We recently started using Stream for building activity feeds in various forms and shapes. Using Stream we are able to rapidly iterate on features like newsfeeds, trending feeds and more while making sure everything runs smooth and snappy in the background. With their advanced ranking algorithms and their recent transition from Python to Go, we are able to change our feeds ranking on the fly and gauge user impact immediately!


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Nick Parsons
Nick Parsons
Director of Developer Marketing at Stream · | 9 upvotes · 12.3K views
Shared insights

Here at Stream, we recently build a powerful CLI to support our Feeds & Chat products. In doing so, we learned a lot about best practices when crafting a positive developer experience in the command line. Quick findings:

  • JavaScript is more powerful than you think. Tap into the massive ecosystem and a large number of open-source projects.

  • For inspiration, look at the functionality that Zeit and Heroku provide within their CLI to make for an awesome developer command line “experience”.

  • If your API/CLI requires data persistence, store that data in a cache directory that is specific to your CLI. Load this using a util file as we do at Stream. Also, note that the fs-extra package will come in handy for this type of thing (even though support is built into Oclif).

  • Oclif is the way to go, especially if you’re building a large CLI, as opposed to a single-command CLI. If you’re building a single-command CLI you can still use Oclif, just make sure to specify that it’s a single-command API when you’re scaffolding your CLI.

  • Don’t want to use a framework? That’s okay! The package minimist provides argument parsing in the command line and can easily be used within your project.

  • Use prompts, when you can, with enquirer or another package of your choosing. Users should be walked through the requirements of the command and asked for the data the command needs in order to execute properly. Note that this should never be required (e.g. let the user bypass the prompt if they pass the correct arguments).

  • Use colors when possible to make your CLI a little easier on the eye. Chalk serves as a great tool for this. If you have response data that is well enough structured, don’t just print it out to the user (unless that’s what they specify). Instead, drop it in a table using

  • Always allow the user to specify the output type (e.g. JSON), but default to a message that is human-readable.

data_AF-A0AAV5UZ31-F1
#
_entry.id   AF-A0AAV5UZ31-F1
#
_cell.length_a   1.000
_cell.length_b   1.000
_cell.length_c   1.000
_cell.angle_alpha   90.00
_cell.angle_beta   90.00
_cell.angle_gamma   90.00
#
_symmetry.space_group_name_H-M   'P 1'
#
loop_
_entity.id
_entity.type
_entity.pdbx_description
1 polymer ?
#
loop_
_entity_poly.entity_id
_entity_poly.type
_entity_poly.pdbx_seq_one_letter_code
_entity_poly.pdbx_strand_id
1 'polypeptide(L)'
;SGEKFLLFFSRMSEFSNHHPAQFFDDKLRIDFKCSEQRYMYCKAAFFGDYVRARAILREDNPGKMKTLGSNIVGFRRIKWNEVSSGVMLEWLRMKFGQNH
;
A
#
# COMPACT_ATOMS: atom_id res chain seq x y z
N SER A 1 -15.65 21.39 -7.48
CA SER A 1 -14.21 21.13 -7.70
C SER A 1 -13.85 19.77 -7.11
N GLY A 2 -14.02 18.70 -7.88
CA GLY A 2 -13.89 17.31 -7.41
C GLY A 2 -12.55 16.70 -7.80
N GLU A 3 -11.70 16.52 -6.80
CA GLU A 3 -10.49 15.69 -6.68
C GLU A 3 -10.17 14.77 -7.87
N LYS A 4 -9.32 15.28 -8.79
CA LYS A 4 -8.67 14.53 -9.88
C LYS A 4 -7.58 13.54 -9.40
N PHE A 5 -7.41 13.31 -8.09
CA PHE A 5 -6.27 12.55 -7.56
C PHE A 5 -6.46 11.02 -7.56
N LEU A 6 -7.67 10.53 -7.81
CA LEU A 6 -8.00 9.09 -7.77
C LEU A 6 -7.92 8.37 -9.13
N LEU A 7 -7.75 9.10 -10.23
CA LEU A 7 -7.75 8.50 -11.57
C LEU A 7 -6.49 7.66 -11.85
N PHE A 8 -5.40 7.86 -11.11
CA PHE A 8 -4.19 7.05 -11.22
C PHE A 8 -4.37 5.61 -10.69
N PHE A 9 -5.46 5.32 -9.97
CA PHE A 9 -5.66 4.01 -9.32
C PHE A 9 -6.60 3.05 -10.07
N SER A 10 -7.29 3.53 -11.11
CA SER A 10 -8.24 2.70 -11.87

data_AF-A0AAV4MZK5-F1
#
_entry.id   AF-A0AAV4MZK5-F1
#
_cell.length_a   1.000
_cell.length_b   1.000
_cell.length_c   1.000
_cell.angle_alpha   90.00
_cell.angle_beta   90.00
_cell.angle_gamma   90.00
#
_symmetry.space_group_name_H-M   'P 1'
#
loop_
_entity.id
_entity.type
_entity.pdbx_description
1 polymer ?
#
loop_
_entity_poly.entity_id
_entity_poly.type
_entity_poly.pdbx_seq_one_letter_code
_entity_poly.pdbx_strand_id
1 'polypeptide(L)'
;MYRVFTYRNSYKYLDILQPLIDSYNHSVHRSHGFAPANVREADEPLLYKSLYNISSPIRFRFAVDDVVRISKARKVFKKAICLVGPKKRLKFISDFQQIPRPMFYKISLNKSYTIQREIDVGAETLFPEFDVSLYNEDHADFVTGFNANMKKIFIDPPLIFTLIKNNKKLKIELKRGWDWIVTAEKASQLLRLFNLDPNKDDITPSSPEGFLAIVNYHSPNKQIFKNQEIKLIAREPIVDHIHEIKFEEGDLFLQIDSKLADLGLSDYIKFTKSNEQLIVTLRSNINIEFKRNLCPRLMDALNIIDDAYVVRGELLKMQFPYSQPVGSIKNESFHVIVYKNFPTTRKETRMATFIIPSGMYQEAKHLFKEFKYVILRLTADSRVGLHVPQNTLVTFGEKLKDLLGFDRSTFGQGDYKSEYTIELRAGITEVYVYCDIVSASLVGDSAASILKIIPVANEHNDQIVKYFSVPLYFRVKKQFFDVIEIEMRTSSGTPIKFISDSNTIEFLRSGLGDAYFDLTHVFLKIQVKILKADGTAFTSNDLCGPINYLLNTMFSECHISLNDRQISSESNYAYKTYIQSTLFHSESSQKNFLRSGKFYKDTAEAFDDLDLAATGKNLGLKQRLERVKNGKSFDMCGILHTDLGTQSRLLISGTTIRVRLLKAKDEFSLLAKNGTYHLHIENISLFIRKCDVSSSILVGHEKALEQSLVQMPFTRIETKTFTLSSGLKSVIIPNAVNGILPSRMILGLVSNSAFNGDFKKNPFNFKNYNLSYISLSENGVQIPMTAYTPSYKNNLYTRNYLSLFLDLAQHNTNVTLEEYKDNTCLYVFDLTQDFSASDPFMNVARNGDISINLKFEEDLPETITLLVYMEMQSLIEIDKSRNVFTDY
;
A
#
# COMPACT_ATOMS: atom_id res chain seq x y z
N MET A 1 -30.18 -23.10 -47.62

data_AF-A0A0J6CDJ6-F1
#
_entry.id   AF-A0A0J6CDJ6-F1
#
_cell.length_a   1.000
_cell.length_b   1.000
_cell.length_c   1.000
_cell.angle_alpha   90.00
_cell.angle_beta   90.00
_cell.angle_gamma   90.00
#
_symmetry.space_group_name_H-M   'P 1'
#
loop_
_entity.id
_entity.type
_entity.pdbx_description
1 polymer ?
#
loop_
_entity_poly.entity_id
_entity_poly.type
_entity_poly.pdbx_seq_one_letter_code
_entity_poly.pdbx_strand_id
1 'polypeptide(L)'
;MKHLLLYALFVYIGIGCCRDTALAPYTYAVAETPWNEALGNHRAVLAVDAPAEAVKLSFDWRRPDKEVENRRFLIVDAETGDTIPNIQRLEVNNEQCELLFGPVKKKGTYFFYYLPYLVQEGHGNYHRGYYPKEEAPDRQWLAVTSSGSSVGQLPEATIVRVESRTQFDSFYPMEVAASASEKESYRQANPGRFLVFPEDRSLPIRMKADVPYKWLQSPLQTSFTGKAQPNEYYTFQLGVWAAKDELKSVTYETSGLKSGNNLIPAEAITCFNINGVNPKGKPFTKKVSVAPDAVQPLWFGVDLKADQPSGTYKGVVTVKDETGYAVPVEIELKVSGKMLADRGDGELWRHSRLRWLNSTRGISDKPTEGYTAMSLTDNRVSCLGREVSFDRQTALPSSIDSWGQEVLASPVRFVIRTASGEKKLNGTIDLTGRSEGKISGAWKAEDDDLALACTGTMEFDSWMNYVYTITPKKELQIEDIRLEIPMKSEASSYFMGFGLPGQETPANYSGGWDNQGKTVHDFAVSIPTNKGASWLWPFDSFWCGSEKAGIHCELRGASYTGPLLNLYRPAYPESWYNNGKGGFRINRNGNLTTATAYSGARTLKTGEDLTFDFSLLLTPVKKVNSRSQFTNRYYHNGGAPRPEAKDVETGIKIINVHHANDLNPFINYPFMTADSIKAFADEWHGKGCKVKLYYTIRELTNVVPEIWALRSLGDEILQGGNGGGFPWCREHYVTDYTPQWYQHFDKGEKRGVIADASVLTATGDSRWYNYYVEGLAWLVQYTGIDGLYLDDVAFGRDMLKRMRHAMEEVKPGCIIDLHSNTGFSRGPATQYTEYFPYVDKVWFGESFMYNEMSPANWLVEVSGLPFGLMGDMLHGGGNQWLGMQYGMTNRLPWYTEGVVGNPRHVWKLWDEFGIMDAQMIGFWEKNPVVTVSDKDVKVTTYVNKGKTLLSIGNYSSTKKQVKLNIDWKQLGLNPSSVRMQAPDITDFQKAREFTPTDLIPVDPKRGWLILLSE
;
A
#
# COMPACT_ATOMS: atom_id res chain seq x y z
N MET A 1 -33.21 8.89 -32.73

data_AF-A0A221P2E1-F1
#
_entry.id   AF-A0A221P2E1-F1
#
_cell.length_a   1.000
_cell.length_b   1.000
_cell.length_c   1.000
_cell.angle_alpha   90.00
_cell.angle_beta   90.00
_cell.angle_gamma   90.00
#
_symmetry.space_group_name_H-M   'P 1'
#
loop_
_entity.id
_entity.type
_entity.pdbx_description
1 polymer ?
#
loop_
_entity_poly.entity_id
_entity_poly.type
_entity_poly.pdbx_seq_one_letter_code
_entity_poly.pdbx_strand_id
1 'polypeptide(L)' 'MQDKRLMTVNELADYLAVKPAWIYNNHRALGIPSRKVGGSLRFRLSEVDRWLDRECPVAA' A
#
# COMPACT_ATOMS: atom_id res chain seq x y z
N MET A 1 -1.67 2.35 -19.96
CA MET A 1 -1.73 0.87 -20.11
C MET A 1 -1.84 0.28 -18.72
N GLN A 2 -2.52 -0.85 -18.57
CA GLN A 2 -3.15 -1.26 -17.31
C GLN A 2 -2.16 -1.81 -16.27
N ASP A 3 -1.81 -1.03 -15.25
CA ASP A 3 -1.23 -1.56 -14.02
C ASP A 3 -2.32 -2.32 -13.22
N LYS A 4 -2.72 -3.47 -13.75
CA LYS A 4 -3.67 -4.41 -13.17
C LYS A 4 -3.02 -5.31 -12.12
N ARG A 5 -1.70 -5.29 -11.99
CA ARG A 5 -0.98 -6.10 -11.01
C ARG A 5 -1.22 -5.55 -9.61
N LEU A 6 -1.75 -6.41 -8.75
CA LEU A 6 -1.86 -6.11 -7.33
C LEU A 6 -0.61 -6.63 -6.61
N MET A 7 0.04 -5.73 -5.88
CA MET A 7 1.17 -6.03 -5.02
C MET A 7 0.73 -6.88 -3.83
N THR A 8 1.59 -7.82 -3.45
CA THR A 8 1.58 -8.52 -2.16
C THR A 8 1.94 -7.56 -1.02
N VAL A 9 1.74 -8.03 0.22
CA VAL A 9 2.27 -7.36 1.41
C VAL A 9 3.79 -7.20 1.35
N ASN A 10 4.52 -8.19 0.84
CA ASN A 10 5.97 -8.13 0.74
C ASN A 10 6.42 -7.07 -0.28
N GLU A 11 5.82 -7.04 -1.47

• Keep it fast! For time-consuming tasks such as file uploads or commands that require multiple API calls, we recommend showing a loading indicator to let the user know that work is being done in the background. If you’re looking for a package on npm, we recommend checking out ora.

The full blog post can be found here:

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Vamsee Voleti
Vamsee Voleti
Product Manager at StackShare · | 3 upvotes · 11.1K views
Shared insights

As we strive to show fresh, popular and relevant content to our users, one of the problems we faced when developing Stack Decisions was to show a feed with more than one activity type. We show Decisions, News Articles, and Stories on our feed and composing them in a single feed proved to be a challenge.

We solved this problem using Stream's personalization feature to build a scalable activity feed. As the parameters that determine popularity vary for different activity types, Stream helped us normalize the popularity scores and aggregate the feed.


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Stream's Features

  • Activity, Notification & Personalized Feeds
  • Real-Time Chat
  • Multi-Region Support
  • High Availability
  • SDKs & Components

Stream Alternatives & Comparisons

What are some alternatives to Stream?
It empowers and protects your most important people with the information and tools they need. Its Direct & Group Messaging means you can reach anyone, anytime, without the need for email addresses or phone numbers.

Stream's Followers
145 developers follow Stream to keep up with related blogs and decisions.